How to Write a Hardship Letter That Gets the Bank to Say \\
A well-crafted and ironclad hardship letter is probably one of the biggest components to getting a short sale approval from the bank. Without clear description of the dire straights the borrower finds themselves in, no lender will willingly short the loan. So how do you go about writing a letter that will get the bank's attention? Whether you are writing your own letter or helping a homeowner write a letter, here are some things to consider:
1. The Reasons for the Hardship
In any case, you first need to compile and assess what the most compelling reasons for hardship are. Put yourself in the bank's position as a lender. If there is a way you can make the mortgage payment,they are not going to allow a short on the loan. So be very clear what circumstances have are making it impossible to keep up with the mortgage payment.
2. Be Specific about your Hardship
Secondly, you need to demonstrate how this hardship impacts your ability to make a mortgage payment. If you make $8,000 a month and your mortgage went from $1000 per month to $1500 per month; good luck getting them to approve a short sale! You need to show how the hardship pushed you outside of your ability to make the payment.
Banks often think of mortgage payments in terms of percent of gross income, so you might consider using this. Let's demonstrate with an example. Assume your mortgage payment is $1700 per month. Your household income was $5000 a month and then you lost your job, and the new household income is $2200. This means that your mortgage payment went from a reasonable 34% of your income to a whopping 77% of your income. Any bank will look at that number and say, "Yikes!"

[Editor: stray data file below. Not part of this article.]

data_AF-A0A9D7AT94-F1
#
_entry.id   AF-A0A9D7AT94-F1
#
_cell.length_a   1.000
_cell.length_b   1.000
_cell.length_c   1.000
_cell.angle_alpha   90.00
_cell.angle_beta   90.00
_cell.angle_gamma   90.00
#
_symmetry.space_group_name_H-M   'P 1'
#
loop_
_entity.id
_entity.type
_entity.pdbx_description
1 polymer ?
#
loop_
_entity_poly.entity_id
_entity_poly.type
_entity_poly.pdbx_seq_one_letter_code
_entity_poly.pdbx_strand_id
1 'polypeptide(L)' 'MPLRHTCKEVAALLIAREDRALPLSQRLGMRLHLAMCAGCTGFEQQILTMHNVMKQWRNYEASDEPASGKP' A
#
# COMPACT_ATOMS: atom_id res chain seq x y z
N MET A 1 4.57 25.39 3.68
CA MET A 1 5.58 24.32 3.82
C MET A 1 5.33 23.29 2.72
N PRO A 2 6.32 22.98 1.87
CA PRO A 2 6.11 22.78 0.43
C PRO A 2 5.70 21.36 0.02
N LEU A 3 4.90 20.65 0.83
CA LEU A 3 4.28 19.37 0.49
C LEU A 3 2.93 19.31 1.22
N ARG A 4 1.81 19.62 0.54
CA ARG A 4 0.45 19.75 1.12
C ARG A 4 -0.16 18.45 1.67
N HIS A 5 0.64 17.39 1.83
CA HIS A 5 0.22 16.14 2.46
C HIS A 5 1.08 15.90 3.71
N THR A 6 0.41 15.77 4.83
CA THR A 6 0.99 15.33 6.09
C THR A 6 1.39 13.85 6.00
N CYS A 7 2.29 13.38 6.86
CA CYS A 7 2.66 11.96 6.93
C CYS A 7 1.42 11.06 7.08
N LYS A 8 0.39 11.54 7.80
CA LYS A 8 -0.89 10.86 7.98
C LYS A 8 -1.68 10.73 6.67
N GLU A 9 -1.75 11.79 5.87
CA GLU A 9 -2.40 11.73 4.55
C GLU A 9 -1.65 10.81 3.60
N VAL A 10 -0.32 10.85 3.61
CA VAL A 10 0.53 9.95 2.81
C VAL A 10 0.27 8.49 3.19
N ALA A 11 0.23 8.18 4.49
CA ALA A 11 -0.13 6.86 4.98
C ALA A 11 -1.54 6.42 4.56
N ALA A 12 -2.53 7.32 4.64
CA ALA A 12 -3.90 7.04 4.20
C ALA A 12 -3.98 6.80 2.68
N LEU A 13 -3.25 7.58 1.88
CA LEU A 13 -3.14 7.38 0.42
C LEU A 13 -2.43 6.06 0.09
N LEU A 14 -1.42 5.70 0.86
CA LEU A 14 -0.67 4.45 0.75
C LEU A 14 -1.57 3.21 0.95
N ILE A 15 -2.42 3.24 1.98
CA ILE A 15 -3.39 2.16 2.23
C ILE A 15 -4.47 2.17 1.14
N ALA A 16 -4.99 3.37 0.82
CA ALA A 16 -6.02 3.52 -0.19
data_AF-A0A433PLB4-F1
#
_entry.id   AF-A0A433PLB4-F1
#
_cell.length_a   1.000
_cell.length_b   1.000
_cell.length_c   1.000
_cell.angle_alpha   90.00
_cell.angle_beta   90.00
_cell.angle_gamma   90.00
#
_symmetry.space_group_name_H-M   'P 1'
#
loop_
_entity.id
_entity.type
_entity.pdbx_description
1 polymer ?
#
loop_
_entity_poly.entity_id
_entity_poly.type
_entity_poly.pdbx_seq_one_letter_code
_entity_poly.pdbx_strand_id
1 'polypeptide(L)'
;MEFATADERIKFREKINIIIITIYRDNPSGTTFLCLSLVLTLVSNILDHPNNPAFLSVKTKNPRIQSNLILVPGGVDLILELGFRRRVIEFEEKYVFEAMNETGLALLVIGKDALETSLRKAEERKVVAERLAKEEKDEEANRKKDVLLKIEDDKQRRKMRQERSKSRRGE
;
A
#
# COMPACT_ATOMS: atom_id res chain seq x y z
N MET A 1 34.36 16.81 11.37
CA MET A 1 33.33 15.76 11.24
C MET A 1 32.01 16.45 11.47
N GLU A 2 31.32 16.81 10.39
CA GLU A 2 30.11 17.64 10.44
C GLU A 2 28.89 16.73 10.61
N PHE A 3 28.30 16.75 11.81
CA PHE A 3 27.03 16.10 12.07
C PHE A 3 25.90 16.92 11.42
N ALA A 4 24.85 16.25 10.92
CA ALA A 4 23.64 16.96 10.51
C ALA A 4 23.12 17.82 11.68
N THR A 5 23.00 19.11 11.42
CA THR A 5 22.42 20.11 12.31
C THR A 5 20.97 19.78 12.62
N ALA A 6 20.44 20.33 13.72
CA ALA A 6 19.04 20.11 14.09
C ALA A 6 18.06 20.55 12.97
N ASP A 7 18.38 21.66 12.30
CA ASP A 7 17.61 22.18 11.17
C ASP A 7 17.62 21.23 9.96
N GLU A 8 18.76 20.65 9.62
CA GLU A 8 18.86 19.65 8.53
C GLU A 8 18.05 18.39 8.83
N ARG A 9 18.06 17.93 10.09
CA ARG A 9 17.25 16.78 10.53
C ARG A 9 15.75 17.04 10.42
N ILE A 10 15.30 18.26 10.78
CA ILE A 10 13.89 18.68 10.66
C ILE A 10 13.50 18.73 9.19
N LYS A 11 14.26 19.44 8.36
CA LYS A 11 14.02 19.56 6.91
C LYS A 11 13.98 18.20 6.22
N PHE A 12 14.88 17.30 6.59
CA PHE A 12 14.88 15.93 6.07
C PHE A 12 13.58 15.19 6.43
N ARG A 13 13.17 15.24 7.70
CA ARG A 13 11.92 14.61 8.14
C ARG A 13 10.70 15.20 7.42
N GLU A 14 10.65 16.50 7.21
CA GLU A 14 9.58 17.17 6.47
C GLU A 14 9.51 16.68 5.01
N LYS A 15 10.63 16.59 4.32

3. Gather supporting information and Market Conditions
Think about circumstances outside of your own that are impacting your market area. Remember, the bank will want to be certain other options have been exhausted - such as selling your house. You will need to show that this is also not an available option. This can be done by doing things like:
4. Writing the Letter
Keep it in easy to read paragraph format.
The layout of your letter should look something like:
Send the letter to the appropriate party (bank, attorney, investor, or real estate agent you are working with).
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ABOUT THE AUTHOR
Nick Reuter is the owner of Short Sale Artisan, a web-based short sale platform that helps agents and investors on top of their workflow by quickly and easily calculating offers, generating documents, finding new leads, secure financing, and much more.
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